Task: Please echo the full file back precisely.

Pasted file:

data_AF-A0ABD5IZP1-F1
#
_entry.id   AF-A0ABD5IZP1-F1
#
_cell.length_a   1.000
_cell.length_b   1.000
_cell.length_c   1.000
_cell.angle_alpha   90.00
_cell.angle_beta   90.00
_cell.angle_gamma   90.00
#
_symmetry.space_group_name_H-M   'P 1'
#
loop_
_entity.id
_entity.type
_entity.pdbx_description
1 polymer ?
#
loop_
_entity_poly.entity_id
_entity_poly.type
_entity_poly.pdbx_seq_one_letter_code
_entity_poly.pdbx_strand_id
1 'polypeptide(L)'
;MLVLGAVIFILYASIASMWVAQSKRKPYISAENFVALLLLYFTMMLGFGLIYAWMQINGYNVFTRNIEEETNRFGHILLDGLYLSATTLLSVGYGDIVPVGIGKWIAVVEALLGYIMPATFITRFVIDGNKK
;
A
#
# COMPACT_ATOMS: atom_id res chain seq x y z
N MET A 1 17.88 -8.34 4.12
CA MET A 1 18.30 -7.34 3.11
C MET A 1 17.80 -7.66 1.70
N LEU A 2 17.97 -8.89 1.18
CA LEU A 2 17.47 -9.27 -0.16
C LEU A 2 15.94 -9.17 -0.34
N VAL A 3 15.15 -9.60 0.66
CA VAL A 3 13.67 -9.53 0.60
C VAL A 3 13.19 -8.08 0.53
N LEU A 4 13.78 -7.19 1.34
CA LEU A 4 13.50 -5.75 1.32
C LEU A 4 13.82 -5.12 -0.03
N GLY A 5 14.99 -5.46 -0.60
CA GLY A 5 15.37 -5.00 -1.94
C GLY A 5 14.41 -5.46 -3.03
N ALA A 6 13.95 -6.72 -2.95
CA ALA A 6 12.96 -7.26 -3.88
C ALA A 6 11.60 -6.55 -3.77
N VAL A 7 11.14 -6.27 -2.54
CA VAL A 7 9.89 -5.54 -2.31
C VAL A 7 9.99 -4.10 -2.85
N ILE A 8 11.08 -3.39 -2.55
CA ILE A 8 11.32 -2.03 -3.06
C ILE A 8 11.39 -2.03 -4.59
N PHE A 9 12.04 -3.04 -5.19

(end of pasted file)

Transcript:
data_AF-A0ABD5IZP1-F1
#
_entry.id   AF-A0ABD5IZP1-F1
#
_cell.length_a   1.000
_cell.length_b   1.000
_cell.length_c   1.000
_cell.angle_alpha   90.00
_cell.angle_beta   90.00
_cell.angle_gamma   90.00
#
_symmetry.space_group_name_H-M   'P 1'
#
loop_
_entity.id
_entity.type
_entity.pdbx_description
1 polymer ?
#
loop_
_entity_poly.entity_id
_entity_poly.type
_entity_poly.pdbx_seq_one_letter_code
_entity_poly.pdbx_strand_id
1 'polypeptide(L)'
;MLVLGAVIFILYASIASMWVAQSKRKPYISAENFVALLLLYFTMMLGFGLIYAWMQINGYNVFTRNIEEETNRFGHILLDGLYLSATTLLSVGYGDIVPVGIGKWIAVVEALLGYIMPATFITRFVIDGNKK
;
A
#
# COMPACT_ATOMS: atom_id res chain seq x y z
N MET A 1 17.88 -8.34 4.12
CA MET A 1 18.30 -7.34 3.11
C MET A 1 17.80 -7.66 1.70
N LEU A 2 17.97 -8.89 1.18
CA LEU A 2 17.47 -9.27 -0.16
C LEU A 2 15.94 -9.17 -0.34
N VAL A 3 15.15 -9.60 0.66
CA VAL A 3 13.67 -9.53 0.60
C VAL A 3 13.19 -8.08 0.53
N LEU A 4 13.78 -7.19 1.34
CA LEU A 4 13.50 -5.75 1.32
C LEU A 4 13.82 -5.12 -0.03
N GLY A 5 14.99 -5.46 -0.60
CA GLY A 5 15.37 -5.00 -1.94
C GLY A 5 14.41 -5.46 -3.03
N ALA A 6 13.95 -6.72 -2.95
CA ALA A 6 12.96 -7.26 -3.88
C ALA A 6 11.60 -6.55 -3.77
N VAL A 7 11.14 -6.27 -2.54
CA VAL A 7 9.89 -5.54 -2.31
C VAL A 7 9.99 -4.10 -2.85
N ILE A 8 11.08 -3.39 -2.55
CA ILE A 8 11.32 -2.03 -3.06
C ILE A 8 11.39 -2.03 -4.59
N PHE A 9 12.04 -3.04 -5.19